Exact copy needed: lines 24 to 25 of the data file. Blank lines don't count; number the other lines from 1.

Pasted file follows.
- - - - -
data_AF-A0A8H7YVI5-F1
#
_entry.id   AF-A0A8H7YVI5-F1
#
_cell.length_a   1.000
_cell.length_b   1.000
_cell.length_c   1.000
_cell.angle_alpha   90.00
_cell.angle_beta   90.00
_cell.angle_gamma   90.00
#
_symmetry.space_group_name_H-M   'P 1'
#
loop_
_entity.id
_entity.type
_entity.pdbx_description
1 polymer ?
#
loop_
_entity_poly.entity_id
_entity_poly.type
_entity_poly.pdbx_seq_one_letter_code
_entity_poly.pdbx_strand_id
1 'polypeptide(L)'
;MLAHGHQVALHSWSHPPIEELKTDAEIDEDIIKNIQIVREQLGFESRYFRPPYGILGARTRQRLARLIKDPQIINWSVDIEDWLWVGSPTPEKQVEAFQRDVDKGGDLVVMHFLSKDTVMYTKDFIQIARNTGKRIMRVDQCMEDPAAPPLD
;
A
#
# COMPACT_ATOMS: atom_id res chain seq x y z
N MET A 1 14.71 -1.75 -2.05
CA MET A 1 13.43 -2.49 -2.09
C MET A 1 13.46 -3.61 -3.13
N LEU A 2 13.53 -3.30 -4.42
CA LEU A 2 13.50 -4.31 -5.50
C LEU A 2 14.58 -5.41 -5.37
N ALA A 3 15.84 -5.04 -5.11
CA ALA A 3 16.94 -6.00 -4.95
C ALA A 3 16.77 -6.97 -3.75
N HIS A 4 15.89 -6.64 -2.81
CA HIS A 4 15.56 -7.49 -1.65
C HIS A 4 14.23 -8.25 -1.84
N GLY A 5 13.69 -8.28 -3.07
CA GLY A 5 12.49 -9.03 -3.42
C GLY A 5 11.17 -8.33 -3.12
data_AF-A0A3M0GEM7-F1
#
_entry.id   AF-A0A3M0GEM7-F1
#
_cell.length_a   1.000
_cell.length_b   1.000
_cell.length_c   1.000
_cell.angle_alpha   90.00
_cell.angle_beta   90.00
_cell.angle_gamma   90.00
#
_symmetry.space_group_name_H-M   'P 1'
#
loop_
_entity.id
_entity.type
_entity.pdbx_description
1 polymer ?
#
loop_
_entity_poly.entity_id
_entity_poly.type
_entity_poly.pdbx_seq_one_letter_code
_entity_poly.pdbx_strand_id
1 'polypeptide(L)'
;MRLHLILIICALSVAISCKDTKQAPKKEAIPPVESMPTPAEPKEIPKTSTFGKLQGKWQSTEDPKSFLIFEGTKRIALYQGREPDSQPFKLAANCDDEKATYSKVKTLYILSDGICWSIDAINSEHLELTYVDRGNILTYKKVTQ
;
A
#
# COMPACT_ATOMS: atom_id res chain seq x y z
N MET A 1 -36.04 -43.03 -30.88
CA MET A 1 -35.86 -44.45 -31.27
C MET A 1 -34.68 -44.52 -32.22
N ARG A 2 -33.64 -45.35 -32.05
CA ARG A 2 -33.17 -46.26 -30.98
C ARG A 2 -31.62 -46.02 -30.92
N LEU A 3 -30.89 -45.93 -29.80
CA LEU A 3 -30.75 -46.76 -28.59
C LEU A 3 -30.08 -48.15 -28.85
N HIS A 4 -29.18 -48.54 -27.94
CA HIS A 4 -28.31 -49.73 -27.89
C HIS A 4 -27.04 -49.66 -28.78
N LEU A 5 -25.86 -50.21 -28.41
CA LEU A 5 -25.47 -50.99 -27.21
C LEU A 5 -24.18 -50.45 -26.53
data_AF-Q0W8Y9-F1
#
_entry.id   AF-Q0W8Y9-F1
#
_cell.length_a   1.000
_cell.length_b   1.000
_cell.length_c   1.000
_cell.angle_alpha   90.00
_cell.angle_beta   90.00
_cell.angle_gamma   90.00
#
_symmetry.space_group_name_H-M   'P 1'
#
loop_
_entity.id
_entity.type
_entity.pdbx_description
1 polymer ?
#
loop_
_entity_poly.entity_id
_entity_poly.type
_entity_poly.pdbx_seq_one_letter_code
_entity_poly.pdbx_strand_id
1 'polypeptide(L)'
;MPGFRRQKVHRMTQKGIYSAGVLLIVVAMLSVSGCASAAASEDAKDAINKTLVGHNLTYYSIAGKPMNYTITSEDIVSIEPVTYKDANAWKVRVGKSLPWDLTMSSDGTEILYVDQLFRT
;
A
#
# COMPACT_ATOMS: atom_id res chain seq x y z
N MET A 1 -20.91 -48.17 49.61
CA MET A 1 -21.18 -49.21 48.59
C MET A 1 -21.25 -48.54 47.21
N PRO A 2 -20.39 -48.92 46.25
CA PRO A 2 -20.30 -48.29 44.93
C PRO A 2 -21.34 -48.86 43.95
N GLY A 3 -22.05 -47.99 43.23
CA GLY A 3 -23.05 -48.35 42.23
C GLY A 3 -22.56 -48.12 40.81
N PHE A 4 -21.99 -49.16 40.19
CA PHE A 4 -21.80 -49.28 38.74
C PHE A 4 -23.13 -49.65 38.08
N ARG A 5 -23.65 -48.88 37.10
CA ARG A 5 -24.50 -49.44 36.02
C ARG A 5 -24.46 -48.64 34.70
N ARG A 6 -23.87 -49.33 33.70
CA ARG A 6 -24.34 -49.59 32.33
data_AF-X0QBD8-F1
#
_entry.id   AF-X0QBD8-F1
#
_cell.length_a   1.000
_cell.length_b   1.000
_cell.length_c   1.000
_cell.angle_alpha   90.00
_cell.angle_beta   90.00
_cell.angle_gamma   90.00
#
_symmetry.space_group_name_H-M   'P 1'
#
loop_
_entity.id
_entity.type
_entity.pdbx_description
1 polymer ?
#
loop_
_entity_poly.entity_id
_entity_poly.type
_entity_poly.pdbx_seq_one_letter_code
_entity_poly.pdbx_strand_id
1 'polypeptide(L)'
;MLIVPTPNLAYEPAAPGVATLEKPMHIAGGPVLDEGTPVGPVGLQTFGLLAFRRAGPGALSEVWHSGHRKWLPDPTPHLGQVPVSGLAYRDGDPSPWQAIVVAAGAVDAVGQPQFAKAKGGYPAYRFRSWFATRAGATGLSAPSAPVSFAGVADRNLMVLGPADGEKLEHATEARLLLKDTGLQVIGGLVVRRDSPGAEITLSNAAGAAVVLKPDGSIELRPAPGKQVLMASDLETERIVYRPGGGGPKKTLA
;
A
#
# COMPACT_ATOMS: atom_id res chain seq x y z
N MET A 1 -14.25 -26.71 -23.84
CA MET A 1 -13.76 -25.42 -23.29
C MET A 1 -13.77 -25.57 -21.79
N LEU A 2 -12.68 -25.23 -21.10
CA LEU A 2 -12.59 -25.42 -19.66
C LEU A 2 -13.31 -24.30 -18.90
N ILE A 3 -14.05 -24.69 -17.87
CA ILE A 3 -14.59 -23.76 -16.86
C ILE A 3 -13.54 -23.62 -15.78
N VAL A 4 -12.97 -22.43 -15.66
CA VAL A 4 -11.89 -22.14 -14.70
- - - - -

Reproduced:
_entity_poly.pdbx_strand_id
1 'polypeptide(L)'